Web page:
Telemedicine – News from India & Abroad

India

Need to take telemedicine to villages: PM
In an interaction with doctors on Monday, PM Narendra Modi drew attention to the importance of telemedicine, how it has played a big role for patients in home isolation and asserted that it needs to be expanded in rural areas as well. The PM also urged doctors to include oxygen audits in their daily routine.….. Read More

80% diseases can be nipped with primary healthcare
Healthcare workers, across country, with constant training, have the potential to de-clog and reset the healthcare system. Data Driven Decisions and support for carrying out their tasks should be one of the priority.….. Read More

International

Mental health chatbots might do better when they don’t try to act human
Digital mental health platforms have seen something of a renaissance during the Covid-19 pandemic, as in-person appointments have been relegated to the digital sphere. For those who cannot access therapy from a human clinician, mental health chatbot platforms are an increasingly popular digital alternative…….. Read More

 


 

TN – TSI invites all the TSI Chapters and Members to submit information on their upcoming Webinar or Events (50 words), News related to Telemedicine (200 words) or short articles (500 words) for the monthly e-newsletter.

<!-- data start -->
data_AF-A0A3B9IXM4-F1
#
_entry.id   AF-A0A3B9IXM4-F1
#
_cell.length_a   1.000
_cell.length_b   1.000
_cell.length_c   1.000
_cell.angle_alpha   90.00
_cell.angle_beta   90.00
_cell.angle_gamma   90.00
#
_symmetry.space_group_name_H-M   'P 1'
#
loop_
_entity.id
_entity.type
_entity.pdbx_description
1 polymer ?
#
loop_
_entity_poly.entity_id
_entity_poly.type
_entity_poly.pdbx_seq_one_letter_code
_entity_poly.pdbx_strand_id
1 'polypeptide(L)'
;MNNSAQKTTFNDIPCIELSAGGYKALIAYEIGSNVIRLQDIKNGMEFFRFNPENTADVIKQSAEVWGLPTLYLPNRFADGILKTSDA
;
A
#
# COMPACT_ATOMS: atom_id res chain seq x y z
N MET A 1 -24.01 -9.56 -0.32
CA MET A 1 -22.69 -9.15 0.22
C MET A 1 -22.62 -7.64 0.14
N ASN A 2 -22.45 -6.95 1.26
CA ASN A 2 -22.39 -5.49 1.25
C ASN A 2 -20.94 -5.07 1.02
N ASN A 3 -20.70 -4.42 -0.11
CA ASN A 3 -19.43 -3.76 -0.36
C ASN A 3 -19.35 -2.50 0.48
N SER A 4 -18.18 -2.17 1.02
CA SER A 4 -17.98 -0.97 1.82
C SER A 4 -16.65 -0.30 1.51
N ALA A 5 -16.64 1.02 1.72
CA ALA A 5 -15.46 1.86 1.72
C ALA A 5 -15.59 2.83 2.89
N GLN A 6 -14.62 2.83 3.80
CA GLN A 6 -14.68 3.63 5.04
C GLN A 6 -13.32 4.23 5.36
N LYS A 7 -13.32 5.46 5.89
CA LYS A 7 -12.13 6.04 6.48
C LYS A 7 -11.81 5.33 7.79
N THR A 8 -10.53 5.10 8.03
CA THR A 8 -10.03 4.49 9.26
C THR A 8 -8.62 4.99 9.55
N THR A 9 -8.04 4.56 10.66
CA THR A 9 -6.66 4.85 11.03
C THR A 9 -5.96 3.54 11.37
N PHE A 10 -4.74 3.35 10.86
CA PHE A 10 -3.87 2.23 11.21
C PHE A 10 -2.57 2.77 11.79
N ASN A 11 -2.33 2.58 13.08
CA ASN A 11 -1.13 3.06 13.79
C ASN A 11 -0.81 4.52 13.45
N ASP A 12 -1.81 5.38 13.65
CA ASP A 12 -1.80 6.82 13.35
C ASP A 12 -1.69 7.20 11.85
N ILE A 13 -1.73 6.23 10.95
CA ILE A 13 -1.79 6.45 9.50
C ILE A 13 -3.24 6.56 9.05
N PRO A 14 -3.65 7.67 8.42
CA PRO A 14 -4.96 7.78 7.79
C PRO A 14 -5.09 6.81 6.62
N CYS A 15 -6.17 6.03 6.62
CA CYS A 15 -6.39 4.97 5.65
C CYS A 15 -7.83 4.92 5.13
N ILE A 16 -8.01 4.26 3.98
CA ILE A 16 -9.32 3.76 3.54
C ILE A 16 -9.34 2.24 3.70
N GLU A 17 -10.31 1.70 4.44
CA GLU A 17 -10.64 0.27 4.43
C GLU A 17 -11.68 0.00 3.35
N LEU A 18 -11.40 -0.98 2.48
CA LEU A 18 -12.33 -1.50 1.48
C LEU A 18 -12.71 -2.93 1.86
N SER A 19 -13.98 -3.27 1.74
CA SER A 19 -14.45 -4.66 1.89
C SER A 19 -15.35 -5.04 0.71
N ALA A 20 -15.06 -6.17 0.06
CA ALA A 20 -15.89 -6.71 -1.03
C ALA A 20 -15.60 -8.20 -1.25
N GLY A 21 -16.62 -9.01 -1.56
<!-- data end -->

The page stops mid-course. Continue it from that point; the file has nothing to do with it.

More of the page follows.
Guidelines for submission to TN TSI Newsletter-

  • Report can be from 500 to 600 words
  • Report Should be relevant to Telemedicine or Medical Informatics
  • No promotion of self or any product
  • Avoid plagiarism
  • All references should be included
  • Provide any attributions
  • Visuals are welcome including video links
  • Send full authors name, degrees, affiliations along with a passport sized photograph of good resolution. If multiple authors only main author photo to be sent.

Submission may be sent to – tsigrouptn@gmail.com
Editors reserve the rights for accepting and publishing any submitted material.

Editor in Chief – Dr. Sunil Shroff
Editors – Dr. Senthil Tamilarasan & Dr. Sheila John
Technical Partner- www.medindia.net